But no matter what, the next step is your edit. You won't know what else you need as far as ADR or VFX. I mean you may know that you need ADR, but hopefully your sound mixer was good and it's not glaringly obvious that you need to ADR your whole film. As a general rule your ADR, VFX, color correction score, all of that stuff you actually need to have a picture lock. Otherwise you're going to risk working on scenes or frames that end up getting cut, and you don't want to waste your time on that. I mean you can, but that's my personal approach. Make sure you schedule your shoot deadline with the time for post in the first place. Like if you're determined to make a festival submission and the late late deadline for that festival is March 5th, don't shoot your movie until March 4th or even March 1st! Give yourself some time if you can.


There are always superheroes who make crazy things happen on impossible deadlines and those people are literally amazing! But don't create impossible deadlines because of bad planning! Sometimes things don't go to plan, and then you have to save the day! Awesome! That doesn't mean you can't live in a world without preventable problems making you work 50 times as hard as you need to just to make a movie. I don't know, I'm a bit of an idealist anyway moving on.


Editing! For the most part you're going to want to lock your cut before getting into any coloring or effects. I know sometimes it is so tempting to start layering things, and looking and like trying things out and seeing how it's going to look before it gets locked. As best you can, get it locked first, otherwise you're going to be correcting scenes you end up cutting, or depending on your computer, you're going to be dealing with overwhelm with all the adjustment layers you decided to put on, or you're going to spend so much time on one shot that then it's going to need to get cut and you're not going to want to cut it because of how much time you spent. It really doesn't help the finished film and now you're not editing the story, you're editing how much work you put into the edit. Which is not how you make a movie.


This is also where you're going to see if you need to do any reshoots. I will say I've never done a reshoot on any project ever. I have rewritten the script in post. We've used random shots from either before or after a scene started. We've run clips backwards. We've twixtered the living daylights out of a shot to make a two frame clip into a few second shot. But don't always jump to think that you need to reshoot your movie, or that your movie is just garbage. Like there's a ton of ways to get creative about dealing with the footage that you have. That's to be covered in another episode, but just wanted to throw that out there.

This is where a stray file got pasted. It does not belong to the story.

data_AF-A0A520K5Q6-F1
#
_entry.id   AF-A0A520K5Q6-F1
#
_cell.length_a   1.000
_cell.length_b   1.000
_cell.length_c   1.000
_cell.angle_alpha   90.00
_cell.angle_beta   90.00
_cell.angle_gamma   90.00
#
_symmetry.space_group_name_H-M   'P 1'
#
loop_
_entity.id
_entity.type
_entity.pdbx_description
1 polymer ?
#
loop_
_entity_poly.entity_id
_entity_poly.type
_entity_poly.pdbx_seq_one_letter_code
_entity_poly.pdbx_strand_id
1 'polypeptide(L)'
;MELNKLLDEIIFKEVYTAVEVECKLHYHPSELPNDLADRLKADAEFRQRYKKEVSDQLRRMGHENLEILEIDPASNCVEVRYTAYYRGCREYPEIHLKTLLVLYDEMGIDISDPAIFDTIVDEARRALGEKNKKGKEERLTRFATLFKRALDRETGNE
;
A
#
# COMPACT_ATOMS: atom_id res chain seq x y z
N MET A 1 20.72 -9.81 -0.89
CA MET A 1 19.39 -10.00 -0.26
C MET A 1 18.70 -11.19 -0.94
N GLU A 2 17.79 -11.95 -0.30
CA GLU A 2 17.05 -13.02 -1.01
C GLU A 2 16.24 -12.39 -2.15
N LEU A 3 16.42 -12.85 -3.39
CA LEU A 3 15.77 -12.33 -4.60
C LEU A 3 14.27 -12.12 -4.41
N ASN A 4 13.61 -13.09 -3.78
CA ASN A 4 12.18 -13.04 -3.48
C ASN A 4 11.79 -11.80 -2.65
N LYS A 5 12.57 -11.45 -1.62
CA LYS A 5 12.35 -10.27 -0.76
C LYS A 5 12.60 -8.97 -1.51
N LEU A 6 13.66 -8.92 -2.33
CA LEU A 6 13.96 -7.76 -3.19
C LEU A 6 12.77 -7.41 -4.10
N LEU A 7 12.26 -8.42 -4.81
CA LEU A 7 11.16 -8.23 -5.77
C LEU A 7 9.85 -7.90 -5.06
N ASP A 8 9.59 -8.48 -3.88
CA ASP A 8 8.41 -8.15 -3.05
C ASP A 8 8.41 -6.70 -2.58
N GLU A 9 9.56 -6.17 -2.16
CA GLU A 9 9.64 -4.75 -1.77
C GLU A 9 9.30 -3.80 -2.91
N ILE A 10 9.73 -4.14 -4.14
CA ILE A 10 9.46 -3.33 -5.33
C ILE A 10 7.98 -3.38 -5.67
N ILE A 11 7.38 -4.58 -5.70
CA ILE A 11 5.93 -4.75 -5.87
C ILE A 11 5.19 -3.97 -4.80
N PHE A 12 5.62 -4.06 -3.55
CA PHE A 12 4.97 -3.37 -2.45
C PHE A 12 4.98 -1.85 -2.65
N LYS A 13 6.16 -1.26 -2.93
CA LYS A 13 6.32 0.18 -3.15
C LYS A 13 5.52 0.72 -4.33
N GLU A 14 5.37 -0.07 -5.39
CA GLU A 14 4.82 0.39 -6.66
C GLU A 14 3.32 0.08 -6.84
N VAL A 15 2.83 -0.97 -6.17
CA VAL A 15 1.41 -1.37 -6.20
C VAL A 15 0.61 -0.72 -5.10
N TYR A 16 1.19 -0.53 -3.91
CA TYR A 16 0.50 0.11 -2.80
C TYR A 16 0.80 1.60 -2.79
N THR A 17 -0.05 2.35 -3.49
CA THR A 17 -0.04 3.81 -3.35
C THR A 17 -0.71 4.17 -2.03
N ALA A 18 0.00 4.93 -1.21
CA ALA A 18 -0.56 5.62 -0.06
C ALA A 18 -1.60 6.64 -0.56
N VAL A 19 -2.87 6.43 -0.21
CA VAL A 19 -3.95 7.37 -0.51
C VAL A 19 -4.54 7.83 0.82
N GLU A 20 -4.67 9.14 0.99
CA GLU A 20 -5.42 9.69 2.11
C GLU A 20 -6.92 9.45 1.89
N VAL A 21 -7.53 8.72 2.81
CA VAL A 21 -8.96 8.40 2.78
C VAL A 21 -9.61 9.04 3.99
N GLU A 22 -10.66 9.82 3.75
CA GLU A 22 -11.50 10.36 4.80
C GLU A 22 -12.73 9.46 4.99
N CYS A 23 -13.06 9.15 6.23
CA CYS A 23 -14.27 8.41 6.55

Now that your picture locked, you can send it to your post sound team, get your audio mix done. This can be done at the same time as the score getting written, and the effects and the color correction. I will say get your effects in, and then color that just so everything looks good. In a perfect world your coloring, your effects, your sound, your score, your audio mix, all that is finished around the same time and there you go you have a film!


Woohoo!


There will be some back and forth in there as you're ironing things out, and while that's happening depending on what you plan to do with the film, you can be getting out press releases, or finding more marketing funds, or spending marketing funds you already planned for. You probably have heard like so many people who then go looking for finishing funds. But if you did your homework in the beginning, hopefully you have the funds you need to finish the film you were making in the first place.


Remember indie film does not mean unprofessional film, it just means you didn't have a studio standing over you dictating your every move. And I'm just going to throw this out there again. I completely agree that no one should ever use ``I don't have any money” as a reason to not make a movie. But at the same time you can always try to have all your ducks in a row before you start filming. Like that is an actual possibility in the world. Things like finishing funds, marketing funds, PR, all of that stuff. Like, try! Just see what happens! Like at least make an effort. Because on the one hand, I know there's people who have the idea that “Well when I finish the film I'll be able to show people how great it is and then I can get my finishing funds because they'll have a proof of concept to see that this actually is worth more investment.” Totally! That is a way to do it! That doesn't mean that you can't try.


There's that really stupid thing in sales you don't get what you don't ask for. Ask!!

Ask an investor for your full budget, maybe they say "No". Okay. Then you say, "Why don't we do this much? And then if you like it we'll come back for the rest." But honestly a smart investor is going to want to be investing in something that's going to actually make their money back. And if you're spending all this time and effort on making a movie, you should be wanting to make something that's going to be the best possible quality.